The Crown Estate filed a lawsuit against Twitter last week at the High Court in London
The world's richest man, Elon Musk, it seems, is a big bad payer. He even owes money to King Charles.
The Crown Estate, the independently run commercial company that manages properties owned by Charles III, has sued Elon Musk's Twitter account for failing to pay rent in London.
The Crown Estate has filed a lawsuit against of Twitter last week at London's High Court.
As reported by the BBC, the alleged non-payment of rent by Musk's company concerns an office building near Piccadilly Circus in central London.
According to the Guardian, the Crown Estate has confirmed that the legal action relates to rent arrears at Twitter's London offices.
Unpaid rent around the world
Other sources, including the New York Times, have said that Twitter has not paid the rent at its San Francisco headquarters for several weeks, in an effort to reduce costs. The tenant of Twitter's San Francisco offices has also taken legal action.
In addition, Twitter workers in Singapore were temporarily kicked out of the company's offices for the same reason, until Musk finally paid what was owed.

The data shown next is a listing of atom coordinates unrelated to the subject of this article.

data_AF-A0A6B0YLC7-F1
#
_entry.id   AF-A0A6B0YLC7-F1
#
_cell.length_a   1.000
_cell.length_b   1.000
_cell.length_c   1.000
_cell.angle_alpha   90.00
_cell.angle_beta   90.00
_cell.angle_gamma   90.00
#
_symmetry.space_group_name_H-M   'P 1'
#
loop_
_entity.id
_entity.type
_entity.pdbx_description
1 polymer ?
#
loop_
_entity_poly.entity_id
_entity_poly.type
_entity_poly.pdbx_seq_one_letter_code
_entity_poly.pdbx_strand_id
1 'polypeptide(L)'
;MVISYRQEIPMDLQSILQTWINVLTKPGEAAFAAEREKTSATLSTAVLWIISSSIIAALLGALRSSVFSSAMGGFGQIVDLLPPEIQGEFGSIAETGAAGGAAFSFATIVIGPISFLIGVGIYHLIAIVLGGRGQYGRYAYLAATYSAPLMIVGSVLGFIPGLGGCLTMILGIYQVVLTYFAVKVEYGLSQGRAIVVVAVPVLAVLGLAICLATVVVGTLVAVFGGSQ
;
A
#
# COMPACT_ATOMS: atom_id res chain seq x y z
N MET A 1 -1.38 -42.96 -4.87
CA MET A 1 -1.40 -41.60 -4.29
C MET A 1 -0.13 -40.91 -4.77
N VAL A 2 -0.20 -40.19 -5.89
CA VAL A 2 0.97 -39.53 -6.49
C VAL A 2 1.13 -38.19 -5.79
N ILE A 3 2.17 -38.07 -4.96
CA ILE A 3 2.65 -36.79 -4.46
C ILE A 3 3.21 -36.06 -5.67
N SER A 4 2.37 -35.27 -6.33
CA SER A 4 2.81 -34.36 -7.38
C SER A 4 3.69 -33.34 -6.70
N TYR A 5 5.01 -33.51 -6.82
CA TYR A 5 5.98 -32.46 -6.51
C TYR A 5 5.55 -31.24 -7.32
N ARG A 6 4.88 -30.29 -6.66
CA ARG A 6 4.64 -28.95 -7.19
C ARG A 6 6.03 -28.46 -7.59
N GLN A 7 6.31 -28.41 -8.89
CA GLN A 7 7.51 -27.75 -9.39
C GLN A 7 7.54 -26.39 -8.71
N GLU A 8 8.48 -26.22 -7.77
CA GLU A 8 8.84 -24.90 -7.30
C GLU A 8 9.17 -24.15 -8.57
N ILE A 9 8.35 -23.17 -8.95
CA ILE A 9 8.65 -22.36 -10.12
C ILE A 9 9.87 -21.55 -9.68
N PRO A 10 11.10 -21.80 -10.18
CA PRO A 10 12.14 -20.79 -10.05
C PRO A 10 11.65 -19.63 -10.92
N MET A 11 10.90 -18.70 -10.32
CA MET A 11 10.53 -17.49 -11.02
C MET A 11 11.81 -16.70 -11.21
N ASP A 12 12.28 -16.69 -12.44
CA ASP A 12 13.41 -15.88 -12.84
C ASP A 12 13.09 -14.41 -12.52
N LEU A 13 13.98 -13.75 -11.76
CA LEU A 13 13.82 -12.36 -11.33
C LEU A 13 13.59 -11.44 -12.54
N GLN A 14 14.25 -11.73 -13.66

On the other hand, the British royal family is one of the largest UK landowners.
The large portfolio
The portfolio managed by Crown Estate includes properties valued at over $19 billion. These properties include Regent Street, London's main shopping street, Ascot Racecourse, (a favorite of the Queen) and almost the entire seabed of the United Kingdom.
All the Crown Estate's net profits – $361 million for the 2021 fiscal year – going to the British Treasury. However, the royal family also receives a share.
Specifically, the monarch receives 15% of the profits from the development of the royal estate, an allowance known as the Sovereign Grant given for his royal duties.
In 2022, the Sovereign Grant amounted to $99.6 million based on the net profits of the Crown Estate in the financial year 2019 – 2020.
For this reason, Charles is not exactly the typical office owner on Twitter.
Finally, last week Charles mandated the Crown Estate the profits from the lease agreements for six offshore wind power generation units, worth about $1.2 billion a year, to be used for the “public good” and not to be added to the Sovereign Grant.